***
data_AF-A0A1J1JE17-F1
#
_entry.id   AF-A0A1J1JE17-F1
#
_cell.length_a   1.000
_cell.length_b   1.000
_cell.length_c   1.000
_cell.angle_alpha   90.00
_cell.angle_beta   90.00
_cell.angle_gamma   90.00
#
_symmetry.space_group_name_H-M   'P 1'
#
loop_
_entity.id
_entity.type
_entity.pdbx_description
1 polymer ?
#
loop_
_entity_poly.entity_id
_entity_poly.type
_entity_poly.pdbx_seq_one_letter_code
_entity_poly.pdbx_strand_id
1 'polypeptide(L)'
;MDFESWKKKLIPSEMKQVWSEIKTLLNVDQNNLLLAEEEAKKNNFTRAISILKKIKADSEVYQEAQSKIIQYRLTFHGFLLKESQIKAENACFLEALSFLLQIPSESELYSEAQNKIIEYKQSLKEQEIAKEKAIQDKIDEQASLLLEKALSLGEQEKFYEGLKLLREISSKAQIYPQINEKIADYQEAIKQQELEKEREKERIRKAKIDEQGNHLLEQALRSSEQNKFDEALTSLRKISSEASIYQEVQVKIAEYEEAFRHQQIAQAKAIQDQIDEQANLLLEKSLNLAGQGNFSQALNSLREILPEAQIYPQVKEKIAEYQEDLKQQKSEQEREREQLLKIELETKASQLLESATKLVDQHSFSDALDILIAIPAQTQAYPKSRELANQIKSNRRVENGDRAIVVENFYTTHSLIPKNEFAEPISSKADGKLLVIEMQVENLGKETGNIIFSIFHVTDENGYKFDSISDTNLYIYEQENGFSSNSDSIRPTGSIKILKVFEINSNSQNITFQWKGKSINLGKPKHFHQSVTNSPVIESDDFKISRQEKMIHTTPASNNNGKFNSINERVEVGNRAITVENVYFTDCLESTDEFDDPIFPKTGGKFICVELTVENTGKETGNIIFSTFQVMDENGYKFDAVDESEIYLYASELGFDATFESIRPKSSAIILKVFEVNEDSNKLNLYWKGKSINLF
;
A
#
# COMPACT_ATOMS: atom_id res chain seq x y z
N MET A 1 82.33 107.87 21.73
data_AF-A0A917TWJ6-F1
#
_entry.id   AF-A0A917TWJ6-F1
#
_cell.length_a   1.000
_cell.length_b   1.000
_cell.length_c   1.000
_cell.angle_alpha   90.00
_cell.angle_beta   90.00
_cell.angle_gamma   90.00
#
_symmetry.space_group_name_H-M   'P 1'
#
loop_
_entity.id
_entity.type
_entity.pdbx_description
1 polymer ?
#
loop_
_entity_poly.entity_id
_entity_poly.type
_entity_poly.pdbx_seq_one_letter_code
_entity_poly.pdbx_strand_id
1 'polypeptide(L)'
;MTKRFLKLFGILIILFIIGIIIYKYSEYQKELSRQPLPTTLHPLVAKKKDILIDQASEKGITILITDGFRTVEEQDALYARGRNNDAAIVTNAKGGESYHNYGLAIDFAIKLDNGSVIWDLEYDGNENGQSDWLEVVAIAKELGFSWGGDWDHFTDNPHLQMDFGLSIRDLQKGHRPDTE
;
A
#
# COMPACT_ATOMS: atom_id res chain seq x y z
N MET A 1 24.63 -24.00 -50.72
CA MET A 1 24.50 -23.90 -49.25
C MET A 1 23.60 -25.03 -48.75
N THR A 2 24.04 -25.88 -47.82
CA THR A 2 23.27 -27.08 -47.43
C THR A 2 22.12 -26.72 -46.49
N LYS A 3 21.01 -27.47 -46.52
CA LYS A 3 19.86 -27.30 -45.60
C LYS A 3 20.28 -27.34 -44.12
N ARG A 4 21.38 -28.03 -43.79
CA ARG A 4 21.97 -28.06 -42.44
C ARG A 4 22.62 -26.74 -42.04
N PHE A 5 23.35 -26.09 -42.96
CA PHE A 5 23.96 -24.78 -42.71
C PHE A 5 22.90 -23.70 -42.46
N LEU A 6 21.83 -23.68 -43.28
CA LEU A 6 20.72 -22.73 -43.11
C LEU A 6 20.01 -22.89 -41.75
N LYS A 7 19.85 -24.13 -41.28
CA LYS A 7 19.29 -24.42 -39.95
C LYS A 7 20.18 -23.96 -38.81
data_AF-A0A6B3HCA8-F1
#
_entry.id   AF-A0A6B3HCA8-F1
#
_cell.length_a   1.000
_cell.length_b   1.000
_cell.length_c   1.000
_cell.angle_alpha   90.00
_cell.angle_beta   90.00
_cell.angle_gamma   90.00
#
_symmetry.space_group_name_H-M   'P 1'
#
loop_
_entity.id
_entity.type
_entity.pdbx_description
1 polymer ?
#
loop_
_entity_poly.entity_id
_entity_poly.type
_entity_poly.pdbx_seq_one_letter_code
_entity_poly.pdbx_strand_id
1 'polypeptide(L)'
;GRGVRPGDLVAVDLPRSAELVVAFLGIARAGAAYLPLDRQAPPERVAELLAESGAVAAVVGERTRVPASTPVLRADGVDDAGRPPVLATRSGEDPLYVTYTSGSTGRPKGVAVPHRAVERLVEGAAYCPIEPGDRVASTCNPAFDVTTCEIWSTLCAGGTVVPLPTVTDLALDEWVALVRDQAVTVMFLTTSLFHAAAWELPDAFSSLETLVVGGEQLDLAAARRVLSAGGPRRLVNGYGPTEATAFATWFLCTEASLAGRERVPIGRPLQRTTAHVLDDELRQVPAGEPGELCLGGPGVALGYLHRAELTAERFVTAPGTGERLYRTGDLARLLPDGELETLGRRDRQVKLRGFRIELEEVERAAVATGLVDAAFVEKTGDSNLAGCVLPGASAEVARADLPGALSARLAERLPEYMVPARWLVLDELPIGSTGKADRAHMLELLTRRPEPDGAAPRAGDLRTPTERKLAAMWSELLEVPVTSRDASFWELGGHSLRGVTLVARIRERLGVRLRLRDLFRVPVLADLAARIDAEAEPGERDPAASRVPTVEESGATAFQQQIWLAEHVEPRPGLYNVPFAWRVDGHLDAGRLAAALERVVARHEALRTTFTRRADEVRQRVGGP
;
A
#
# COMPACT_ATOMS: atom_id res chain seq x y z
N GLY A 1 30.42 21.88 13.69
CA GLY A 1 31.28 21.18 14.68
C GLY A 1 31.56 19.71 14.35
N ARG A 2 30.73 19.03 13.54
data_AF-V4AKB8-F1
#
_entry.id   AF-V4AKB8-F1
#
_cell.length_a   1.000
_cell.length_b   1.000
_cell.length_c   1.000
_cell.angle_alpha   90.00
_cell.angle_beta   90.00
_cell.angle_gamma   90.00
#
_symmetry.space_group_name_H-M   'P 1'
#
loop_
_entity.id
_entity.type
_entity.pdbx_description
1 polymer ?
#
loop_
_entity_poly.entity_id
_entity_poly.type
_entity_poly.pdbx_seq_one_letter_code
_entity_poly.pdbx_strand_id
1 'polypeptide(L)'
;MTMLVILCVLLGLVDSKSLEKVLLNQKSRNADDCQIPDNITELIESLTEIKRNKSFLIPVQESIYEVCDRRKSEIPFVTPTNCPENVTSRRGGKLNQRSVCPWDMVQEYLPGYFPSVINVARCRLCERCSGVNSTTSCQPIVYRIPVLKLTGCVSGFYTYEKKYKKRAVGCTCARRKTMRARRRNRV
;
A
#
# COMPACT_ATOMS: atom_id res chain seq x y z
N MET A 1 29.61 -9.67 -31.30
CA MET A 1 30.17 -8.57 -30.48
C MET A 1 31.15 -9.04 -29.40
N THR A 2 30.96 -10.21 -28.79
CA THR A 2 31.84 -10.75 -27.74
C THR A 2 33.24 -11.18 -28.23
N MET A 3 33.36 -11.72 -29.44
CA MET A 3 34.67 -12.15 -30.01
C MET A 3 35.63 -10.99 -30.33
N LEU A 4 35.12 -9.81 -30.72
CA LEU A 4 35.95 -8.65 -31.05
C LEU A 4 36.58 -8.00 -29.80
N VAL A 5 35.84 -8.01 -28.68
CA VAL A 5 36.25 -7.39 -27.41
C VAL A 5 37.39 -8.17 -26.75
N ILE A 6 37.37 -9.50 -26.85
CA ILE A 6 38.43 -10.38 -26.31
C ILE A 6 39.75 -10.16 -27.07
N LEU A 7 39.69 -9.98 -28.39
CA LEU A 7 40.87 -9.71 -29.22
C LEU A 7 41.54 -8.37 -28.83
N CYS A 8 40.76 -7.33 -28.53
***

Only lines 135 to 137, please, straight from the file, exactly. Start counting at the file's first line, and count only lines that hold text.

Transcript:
#
loop_
_entity_poly.entity_id